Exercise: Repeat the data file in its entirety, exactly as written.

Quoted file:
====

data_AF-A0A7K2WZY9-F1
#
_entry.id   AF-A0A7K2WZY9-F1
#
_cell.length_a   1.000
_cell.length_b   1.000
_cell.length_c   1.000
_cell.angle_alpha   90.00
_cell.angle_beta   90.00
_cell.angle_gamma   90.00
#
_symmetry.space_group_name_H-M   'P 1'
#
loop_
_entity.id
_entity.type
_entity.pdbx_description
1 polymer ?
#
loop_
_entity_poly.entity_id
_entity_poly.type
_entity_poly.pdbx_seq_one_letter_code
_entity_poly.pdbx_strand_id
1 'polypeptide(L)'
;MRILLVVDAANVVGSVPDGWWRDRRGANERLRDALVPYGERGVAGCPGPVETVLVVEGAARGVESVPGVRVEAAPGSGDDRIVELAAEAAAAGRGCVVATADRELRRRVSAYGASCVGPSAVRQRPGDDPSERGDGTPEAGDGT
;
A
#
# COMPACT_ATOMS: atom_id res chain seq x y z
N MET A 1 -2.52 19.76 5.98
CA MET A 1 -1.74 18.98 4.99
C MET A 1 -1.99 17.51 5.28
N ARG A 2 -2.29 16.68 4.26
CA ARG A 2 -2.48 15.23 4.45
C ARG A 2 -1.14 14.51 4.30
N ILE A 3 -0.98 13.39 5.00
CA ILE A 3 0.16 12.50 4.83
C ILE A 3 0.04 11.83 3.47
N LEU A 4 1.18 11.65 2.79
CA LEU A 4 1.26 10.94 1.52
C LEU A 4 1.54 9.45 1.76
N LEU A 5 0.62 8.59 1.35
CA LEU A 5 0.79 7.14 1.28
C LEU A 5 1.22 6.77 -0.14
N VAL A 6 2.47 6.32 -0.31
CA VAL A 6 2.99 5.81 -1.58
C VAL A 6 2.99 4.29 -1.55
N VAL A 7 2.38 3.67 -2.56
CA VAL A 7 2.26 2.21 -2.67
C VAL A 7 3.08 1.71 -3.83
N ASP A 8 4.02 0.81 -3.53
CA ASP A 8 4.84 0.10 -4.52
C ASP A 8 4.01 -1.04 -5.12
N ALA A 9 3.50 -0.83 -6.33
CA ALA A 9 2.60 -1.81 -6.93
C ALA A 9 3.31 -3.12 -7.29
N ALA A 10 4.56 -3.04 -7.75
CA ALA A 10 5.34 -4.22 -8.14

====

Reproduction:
data_AF-A0A7K2WZY9-F1
#
_entry.id   AF-A0A7K2WZY9-F1
#
_cell.length_a   1.000
_cell.length_b   1.000
_cell.length_c   1.000
_cell.angle_alpha   90.00
_cell.angle_beta   90.00
_cell.angle_gamma   90.00
#
_symmetry.space_group_name_H-M   'P 1'
#
loop_
_entity.id
_entity.type
_entity.pdbx_description
1 polymer ?
#
loop_
_entity_poly.entity_id
_entity_poly.type
_entity_poly.pdbx_seq_one_letter_code
_entity_poly.pdbx_strand_id
1 'polypeptide(L)'
;MRILLVVDAANVVGSVPDGWWRDRRGANERLRDALVPYGERGVAGCPGPVETVLVVEGAARGVESVPGVRVEAAPGSGDDRIVELAAEAAAAGRGCVVATADRELRRRVSAYGASCVGPSAVRQRPGDDPSERGDGTPEAGDGT
;
A
#
# COMPACT_ATOMS: atom_id res chain seq x y z
N MET A 1 -2.52 19.76 5.98
CA MET A 1 -1.74 18.98 4.99
C MET A 1 -1.99 17.51 5.28
N ARG A 2 -2.29 16.68 4.26
CA ARG A 2 -2.48 15.23 4.45
C ARG A 2 -1.14 14.51 4.30
N ILE A 3 -0.98 13.39 5.00
CA ILE A 3 0.16 12.50 4.83
C ILE A 3 0.04 11.83 3.47
N LEU A 4 1.18 11.65 2.79
CA LEU A 4 1.26 10.94 1.52
C LEU A 4 1.54 9.45 1.76
N LEU A 5 0.62 8.59 1.35
CA LEU A 5 0.79 7.14 1.28
C LEU A 5 1.22 6.77 -0.14
N VAL A 6 2.47 6.32 -0.31
CA VAL A 6 2.99 5.81 -1.58
C VAL A 6 2.99 4.29 -1.55
N VAL A 7 2.38 3.67 -2.56
CA VAL A 7 2.26 2.21 -2.67
C VAL A 7 3.08 1.71 -3.83
N ASP A 8 4.02 0.81 -3.53
CA ASP A 8 4.84 0.10 -4.52
C ASP A 8 4.01 -1.04 -5.12
N ALA A 9 3.50 -0.83 -6.33
CA ALA A 9 2.60 -1.81 -6.93
C ALA A 9 3.31 -3.12 -7.29
N ALA A 10 4.56 -3.04 -7.75
CA ALA A 10 5.34 -4.22 -8.14